“What are you going to do, send cops to every house?” said Peter K. Manning, the
Brooks professor of criminal justice at Northeastern University in Boston. “We know that historically, homicide is the least suppressible crime by police action,” he added. “It is, generally speaking, a private crime, resulting from people who know one another and have relationships that end up in death struggles at home or in semipublic places.”
For the rest of this astute New York Times article, go here.
New York City is on track to have fewer than 500 homicides this year, by far the
lowest number in a 12-month period since reliable Police Department statistics
became available in 1963.
But within the city’s official crime statistics is a figure that may be even more striking: so far, with roughly half the killings analyzed, only 35 were found to be committed by strangers, a microscopic statistic in a city of more than 8.2 million.
By AL BAKER
If that trend holds up, fewer than 100 homicide victims in New York City this year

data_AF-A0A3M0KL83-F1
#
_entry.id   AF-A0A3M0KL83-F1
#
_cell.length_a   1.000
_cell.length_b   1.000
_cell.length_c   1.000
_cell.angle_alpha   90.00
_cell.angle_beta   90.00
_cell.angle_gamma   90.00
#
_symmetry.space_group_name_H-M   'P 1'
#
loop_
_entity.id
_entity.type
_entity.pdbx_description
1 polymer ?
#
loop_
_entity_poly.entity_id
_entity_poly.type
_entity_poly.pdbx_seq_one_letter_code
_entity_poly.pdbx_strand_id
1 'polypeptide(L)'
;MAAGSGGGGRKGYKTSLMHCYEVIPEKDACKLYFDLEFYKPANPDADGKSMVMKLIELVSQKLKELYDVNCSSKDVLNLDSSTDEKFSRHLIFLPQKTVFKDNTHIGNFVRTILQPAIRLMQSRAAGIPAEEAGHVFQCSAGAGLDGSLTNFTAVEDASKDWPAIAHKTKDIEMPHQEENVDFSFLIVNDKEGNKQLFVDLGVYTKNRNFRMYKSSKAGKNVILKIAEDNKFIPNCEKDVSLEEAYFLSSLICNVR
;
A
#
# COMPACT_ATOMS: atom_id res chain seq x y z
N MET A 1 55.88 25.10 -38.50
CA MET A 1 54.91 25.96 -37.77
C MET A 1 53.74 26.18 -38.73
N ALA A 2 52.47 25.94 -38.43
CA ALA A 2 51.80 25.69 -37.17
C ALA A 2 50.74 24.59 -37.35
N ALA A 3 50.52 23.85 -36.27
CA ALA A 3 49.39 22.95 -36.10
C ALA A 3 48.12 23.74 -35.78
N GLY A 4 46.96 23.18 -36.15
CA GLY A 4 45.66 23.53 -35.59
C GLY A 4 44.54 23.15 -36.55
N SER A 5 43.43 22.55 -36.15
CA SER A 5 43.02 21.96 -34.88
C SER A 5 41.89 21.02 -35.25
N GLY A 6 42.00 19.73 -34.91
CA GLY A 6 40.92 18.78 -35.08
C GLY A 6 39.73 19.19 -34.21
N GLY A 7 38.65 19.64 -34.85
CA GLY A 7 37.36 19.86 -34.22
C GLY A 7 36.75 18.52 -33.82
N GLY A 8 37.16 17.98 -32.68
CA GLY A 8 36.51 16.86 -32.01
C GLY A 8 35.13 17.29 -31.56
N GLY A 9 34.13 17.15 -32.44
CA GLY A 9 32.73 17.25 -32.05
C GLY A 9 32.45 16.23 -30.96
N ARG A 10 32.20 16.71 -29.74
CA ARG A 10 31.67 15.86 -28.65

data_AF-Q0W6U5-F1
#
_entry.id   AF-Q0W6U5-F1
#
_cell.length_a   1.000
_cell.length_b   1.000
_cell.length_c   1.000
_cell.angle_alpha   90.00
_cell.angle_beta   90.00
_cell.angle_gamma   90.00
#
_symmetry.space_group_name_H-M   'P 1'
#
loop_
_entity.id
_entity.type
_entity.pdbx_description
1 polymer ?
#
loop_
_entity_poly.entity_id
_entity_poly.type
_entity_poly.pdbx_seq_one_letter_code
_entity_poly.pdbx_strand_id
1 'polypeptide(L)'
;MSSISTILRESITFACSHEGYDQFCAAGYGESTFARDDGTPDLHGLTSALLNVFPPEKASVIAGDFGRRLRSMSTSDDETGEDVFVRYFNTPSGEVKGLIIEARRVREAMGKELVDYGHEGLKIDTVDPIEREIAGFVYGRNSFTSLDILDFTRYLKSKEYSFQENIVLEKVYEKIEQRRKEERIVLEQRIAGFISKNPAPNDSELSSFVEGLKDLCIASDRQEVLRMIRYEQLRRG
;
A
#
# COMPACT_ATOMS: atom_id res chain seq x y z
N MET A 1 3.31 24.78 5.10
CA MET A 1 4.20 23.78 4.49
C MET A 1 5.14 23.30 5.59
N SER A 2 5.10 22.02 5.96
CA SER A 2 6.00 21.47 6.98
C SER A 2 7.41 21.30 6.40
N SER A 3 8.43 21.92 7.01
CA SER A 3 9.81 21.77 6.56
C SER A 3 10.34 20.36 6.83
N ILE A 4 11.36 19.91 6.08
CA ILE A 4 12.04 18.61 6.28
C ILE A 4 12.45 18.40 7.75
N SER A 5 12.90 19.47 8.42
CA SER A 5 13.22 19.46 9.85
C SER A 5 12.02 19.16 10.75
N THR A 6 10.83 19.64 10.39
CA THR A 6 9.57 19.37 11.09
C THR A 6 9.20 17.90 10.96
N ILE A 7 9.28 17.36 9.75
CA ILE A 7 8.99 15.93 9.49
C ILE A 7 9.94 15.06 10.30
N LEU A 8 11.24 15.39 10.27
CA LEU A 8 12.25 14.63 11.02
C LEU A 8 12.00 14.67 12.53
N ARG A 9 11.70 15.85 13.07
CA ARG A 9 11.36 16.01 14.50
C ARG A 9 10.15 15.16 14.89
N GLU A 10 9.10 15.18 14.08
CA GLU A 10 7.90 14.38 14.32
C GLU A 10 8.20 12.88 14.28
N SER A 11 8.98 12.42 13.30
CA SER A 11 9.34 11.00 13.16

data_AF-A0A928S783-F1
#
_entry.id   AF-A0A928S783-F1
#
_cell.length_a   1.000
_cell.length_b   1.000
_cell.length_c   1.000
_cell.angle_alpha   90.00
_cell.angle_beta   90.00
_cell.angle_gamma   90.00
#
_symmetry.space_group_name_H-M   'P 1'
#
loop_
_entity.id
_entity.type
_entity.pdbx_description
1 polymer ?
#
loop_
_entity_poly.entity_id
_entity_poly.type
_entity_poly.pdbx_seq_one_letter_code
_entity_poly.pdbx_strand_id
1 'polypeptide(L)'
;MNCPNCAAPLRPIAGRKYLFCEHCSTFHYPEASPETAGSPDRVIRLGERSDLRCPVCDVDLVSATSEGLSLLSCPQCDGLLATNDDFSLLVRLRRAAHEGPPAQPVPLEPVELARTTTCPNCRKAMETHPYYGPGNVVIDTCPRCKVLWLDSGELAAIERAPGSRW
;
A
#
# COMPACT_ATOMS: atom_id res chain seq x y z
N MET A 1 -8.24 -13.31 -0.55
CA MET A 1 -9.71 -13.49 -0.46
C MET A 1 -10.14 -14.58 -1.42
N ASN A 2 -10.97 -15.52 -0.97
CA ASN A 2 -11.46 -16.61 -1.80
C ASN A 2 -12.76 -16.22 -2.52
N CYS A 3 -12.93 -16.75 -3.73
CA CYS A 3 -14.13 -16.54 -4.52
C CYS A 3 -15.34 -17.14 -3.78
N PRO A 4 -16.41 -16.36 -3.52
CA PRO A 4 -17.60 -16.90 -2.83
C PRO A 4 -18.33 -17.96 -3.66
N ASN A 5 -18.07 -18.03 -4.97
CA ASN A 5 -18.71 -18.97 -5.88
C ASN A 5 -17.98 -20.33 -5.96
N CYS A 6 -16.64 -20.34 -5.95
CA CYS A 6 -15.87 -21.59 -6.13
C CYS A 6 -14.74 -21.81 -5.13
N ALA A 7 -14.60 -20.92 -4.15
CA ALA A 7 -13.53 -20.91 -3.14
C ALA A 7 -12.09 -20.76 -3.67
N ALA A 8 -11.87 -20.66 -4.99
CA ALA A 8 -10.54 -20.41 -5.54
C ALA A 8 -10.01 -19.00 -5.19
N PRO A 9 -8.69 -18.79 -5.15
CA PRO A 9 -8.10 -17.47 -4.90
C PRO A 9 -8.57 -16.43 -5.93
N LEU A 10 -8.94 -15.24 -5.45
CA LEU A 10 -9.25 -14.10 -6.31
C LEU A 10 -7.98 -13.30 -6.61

will have been strangers to their assailants. The vast majority died in disputes
with friends or acquaintances, with rival drug gang members or — to a far lesser
degree — with romantic partners, spouses, parents and others.
The low number of killings by strangers belies the common imagery that New Yorkers are vulnerable to arbitrary attacks on the streets, or die in robberies that turn fatal.
In the eyes of some criminologists, the police will be hard pressed to drive the killing rate much lower, since most killings occur now within the four walls of an apartment or the confines of close relationships.
NVDL: This is exactly South Africa's problem. What makes it so hard to solve is that a terrifically high fraction of crimes are perpetrated by South Africans that know each other; thus, in homes. The majority of violence against the vulnerable (women and children) is also perpetrated in homes.